What makes this noteworthy is that it is the ultimate rebuttal to all of the Right Wing conspiracy theories. Obama is not bringing us Kenyan, Muslim, Anti-Colonialist, Communistic ideas which are ultimately meant to cause America’s demise. To the contrary, Obama is ALL AMERICA. This is homegrown, centuries-in-the-making, American Progressivism. With certain modifications and shifts in emphasis, but all seen as basically continuous, Obama’s America is the culmination of Dr. King, Elizabeth Cady Stanton, and Thomas Jefferson. And don’t mistake it, Gay Rights and Abortion are the essential hallmarks of this transcendent social march. What critics have mistaken for anti-American sentiment is actually penance. Having heard the jeremiads of their own prophets, Americans are now bent on making amends.

This really cannot be stressed enough. There has been no sneak attack here. There has been no takeover from the outside. There’s no mystery. Obama is us, and we are Obama. Everything we are now dealing with has been a long time coming, and it has all been working in broad daylight. It cannot be critiqued without critiquing our own history and our own shifts in values and political philosophy.

In many ways I am the worst-positioned person to oppose any of this. I am White (check), Protestant (check), Southern (check), and Male (check). I am the embodiment of the oppressive past, even though I don’t think I was ever actually around for any of it. Still, ethos matters, and I’m not fool enough to think that any extra-serving of logos will overcome it. For me to say what I am saying is to volunteer to be very unpopular. I am content to be the prophetic voice confined to the wilderness. I’ll howl my best, but ultimately I need your help. I can basically only pass the ball. You have to take charge and score the points.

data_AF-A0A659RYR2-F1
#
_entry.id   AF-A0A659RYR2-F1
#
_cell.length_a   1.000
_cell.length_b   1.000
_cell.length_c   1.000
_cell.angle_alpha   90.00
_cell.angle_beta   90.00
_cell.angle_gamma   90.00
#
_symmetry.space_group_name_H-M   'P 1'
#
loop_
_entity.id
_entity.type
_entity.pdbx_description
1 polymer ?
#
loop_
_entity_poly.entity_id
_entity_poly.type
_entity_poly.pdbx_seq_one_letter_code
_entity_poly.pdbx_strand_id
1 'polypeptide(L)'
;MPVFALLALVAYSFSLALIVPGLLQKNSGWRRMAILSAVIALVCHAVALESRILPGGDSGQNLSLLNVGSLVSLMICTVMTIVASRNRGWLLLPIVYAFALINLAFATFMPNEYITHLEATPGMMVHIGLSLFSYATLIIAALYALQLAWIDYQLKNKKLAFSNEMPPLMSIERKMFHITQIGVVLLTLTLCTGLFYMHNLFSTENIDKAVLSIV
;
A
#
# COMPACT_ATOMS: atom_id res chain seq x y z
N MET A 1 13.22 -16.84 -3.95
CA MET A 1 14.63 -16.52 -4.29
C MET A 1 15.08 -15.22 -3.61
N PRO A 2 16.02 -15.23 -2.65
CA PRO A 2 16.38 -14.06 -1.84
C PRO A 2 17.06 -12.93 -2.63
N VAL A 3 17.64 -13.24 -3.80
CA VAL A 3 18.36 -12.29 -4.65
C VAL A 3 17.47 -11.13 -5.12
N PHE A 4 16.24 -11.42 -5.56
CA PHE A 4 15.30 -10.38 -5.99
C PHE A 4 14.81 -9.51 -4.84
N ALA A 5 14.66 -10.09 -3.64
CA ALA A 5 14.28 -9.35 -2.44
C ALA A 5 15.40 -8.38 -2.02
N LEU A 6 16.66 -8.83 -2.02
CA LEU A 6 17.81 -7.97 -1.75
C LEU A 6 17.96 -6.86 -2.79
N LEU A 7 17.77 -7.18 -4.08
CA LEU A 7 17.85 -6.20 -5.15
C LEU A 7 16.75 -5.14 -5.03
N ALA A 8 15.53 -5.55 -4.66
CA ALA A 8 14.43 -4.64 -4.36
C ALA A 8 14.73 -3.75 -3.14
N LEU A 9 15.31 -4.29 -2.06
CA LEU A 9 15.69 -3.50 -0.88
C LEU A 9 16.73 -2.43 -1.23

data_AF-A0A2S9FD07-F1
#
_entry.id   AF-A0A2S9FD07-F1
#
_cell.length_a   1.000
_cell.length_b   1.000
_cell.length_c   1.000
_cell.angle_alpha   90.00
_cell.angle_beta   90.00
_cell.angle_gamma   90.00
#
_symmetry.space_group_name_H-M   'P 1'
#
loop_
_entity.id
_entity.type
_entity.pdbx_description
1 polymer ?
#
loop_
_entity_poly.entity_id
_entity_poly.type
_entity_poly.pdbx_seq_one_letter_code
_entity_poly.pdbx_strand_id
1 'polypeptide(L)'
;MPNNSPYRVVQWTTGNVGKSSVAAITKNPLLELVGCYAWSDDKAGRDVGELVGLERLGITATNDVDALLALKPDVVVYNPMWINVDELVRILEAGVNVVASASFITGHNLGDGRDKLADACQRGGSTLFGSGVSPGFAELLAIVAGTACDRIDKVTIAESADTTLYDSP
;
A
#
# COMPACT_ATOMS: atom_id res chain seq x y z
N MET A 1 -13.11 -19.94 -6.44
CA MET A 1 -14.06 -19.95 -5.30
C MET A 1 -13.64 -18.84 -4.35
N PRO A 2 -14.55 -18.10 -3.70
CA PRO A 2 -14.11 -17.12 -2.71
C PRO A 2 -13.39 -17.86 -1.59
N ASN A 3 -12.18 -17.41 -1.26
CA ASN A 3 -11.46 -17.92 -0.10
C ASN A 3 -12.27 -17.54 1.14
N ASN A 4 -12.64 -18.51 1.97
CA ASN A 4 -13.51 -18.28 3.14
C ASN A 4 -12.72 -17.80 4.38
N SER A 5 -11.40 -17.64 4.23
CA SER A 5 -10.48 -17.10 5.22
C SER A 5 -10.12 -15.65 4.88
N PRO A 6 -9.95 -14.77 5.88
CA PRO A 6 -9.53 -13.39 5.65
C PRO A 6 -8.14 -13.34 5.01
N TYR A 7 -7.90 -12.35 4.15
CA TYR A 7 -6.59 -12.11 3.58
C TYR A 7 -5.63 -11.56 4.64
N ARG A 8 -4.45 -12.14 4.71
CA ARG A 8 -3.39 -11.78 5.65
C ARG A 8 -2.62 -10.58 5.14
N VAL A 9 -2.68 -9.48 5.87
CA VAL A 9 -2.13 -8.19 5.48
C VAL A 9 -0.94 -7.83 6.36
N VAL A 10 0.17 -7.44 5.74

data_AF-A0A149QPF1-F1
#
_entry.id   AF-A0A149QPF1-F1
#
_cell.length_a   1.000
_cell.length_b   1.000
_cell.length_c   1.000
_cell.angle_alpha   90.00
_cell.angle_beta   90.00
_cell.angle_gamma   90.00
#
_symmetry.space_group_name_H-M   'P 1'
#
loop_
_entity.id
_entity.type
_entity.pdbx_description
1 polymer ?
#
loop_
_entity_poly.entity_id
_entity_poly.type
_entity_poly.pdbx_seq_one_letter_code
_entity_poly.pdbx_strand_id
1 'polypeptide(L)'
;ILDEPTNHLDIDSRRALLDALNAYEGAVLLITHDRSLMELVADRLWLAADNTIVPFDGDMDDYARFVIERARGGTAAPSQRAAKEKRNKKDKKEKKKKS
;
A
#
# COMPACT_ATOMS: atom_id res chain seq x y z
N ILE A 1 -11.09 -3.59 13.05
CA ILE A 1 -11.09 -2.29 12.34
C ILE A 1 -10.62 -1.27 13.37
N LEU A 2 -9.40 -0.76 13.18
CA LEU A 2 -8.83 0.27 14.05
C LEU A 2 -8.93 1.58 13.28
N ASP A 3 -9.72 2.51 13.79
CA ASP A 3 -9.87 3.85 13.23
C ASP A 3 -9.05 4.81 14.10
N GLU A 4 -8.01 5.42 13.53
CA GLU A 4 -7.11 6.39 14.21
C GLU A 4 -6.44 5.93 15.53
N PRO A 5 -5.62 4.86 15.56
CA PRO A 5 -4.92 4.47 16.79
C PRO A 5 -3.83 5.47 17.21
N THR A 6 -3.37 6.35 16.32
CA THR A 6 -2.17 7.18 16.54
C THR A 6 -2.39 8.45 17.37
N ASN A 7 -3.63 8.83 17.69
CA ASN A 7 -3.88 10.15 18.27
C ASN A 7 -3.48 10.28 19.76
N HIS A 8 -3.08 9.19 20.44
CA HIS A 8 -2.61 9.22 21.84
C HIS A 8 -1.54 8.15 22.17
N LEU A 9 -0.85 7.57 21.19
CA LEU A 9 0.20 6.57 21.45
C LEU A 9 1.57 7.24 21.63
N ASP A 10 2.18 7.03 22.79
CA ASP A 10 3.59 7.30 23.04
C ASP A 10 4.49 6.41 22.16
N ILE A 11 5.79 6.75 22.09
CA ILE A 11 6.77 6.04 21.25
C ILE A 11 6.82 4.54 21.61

Why is it that “women’s full equality” is dependent upon violence? And why do feminists so strongly believe that this must be a permanent and endearing feature of their movement? What basic commitments make this the dominant and most persuasive argument, and why does America want to largely hold this view and still dress up in Christian clothes? I’m talking to you Episcopalians and United Church of Christ ministers. The President used three Bibles over the course of the proceedings. What’s the deal here, and can “women” make their case in a way that doesn’t require the dismissal of Biblical anthropology, family ordering, and social ethics?